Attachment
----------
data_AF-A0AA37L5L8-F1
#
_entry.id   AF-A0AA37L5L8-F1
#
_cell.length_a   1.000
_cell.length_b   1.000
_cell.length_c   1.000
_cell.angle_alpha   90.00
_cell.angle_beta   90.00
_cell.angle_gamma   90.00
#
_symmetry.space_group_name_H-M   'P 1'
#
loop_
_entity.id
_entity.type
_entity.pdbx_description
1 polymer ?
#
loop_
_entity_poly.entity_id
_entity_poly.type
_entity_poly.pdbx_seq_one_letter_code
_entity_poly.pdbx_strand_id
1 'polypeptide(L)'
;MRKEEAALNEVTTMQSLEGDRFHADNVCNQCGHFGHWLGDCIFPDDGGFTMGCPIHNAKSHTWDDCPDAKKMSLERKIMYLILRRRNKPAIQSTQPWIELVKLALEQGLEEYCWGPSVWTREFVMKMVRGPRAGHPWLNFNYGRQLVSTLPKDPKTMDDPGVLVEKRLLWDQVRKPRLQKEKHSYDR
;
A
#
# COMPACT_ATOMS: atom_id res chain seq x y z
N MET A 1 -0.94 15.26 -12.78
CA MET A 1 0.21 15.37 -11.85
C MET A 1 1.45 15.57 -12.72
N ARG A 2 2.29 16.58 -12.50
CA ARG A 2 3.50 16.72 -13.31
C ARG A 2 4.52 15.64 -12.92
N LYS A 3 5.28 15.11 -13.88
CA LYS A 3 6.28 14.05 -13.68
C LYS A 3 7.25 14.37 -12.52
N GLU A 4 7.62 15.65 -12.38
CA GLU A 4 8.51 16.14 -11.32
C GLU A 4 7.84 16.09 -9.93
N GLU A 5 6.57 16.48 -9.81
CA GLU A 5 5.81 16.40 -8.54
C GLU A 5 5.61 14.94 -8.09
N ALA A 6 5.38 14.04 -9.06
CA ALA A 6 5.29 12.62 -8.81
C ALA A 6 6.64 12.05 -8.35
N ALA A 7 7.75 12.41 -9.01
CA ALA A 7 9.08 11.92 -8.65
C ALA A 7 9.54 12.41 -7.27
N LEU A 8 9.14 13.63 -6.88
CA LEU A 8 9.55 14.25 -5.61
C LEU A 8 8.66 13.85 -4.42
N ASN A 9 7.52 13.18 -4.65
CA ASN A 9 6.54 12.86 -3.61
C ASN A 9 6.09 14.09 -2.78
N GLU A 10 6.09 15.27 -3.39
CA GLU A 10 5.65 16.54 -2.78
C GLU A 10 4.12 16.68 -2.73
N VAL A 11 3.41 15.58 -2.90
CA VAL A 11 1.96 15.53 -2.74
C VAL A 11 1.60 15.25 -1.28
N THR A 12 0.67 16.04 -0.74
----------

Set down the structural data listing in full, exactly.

data_AF-A0AA37L5L8-F1
#
_entry.id   AF-A0AA37L5L8-F1
#
_cell.length_a   1.000
_cell.length_b   1.000
_cell.length_c   1.000
_cell.angle_alpha   90.00
_cell.angle_beta   90.00
_cell.angle_gamma   90.00
#
_symmetry.space_group_name_H-M   'P 1'
#
loop_
_entity.id
_entity.type
_entity.pdbx_description
1 polymer ?
#
loop_
_entity_poly.entity_id
_entity_poly.type
_entity_poly.pdbx_seq_one_letter_code
_entity_poly.pdbx_strand_id
1 'polypeptide(L)'
;MRKEEAALNEVTTMQSLEGDRFHADNVCNQCGHFGHWLGDCIFPDDGGFTMGCPIHNAKSHTWDDCPDAKKMSLERKIMYLILRRRNKPAIQSTQPWIELVKLALEQGLEEYCWGPSVWTREFVMKMVRGPRAGHPWLNFNYGRQLVSTLPKDPKTMDDPGVLVEKRLLWDQVRKPRLQKEKHSYDR
;
A
#
# COMPACT_ATOMS: atom_id res chain seq x y z
N MET A 1 -0.94 15.26 -12.78
CA MET A 1 0.21 15.37 -11.85
C MET A 1 1.45 15.57 -12.72
N ARG A 2 2.29 16.58 -12.50
CA ARG A 2 3.50 16.72 -13.31
C ARG A 2 4.52 15.64 -12.92
N LYS A 3 5.28 15.11 -13.88
CA LYS A 3 6.28 14.05 -13.68
C LYS A 3 7.25 14.37 -12.52
N GLU A 4 7.62 15.65 -12.38
CA GLU A 4 8.51 16.14 -11.32
C GLU A 4 7.84 16.09 -9.93
N GLU A 5 6.57 16.48 -9.81
CA GLU A 5 5.81 16.40 -8.54
C GLU A 5 5.61 14.94 -8.09
N ALA A 6 5.38 14.04 -9.06
CA ALA A 6 5.29 12.62 -8.81
C ALA A 6 6.64 12.05 -8.35
N ALA A 7 7.75 12.41 -9.01
CA ALA A 7 9.08 11.92 -8.65
C ALA A 7 9.54 12.41 -7.27
N LEU A 8 9.14 13.63 -6.88
CA LEU A 8 9.55 14.25 -5.61
C LEU A 8 8.66 13.85 -4.42
N ASN A 9 7.52 13.18 -4.65
CA ASN A 9 6.54 12.86 -3.61
C ASN A 9 6.09 14.09 -2.78
N GLU A 10 6.09 15.27 -3.39
CA GLU A 10 5.65 16.54 -2.78
C GLU A 10 4.12 16.68 -2.73
N VAL A 11 3.41 15.58 -2.90
CA VAL A 11 1.96 15.53 -2.74
C VAL A 11 1.60 15.25 -1.28
N THR A 12 0.67 16.04 -0.74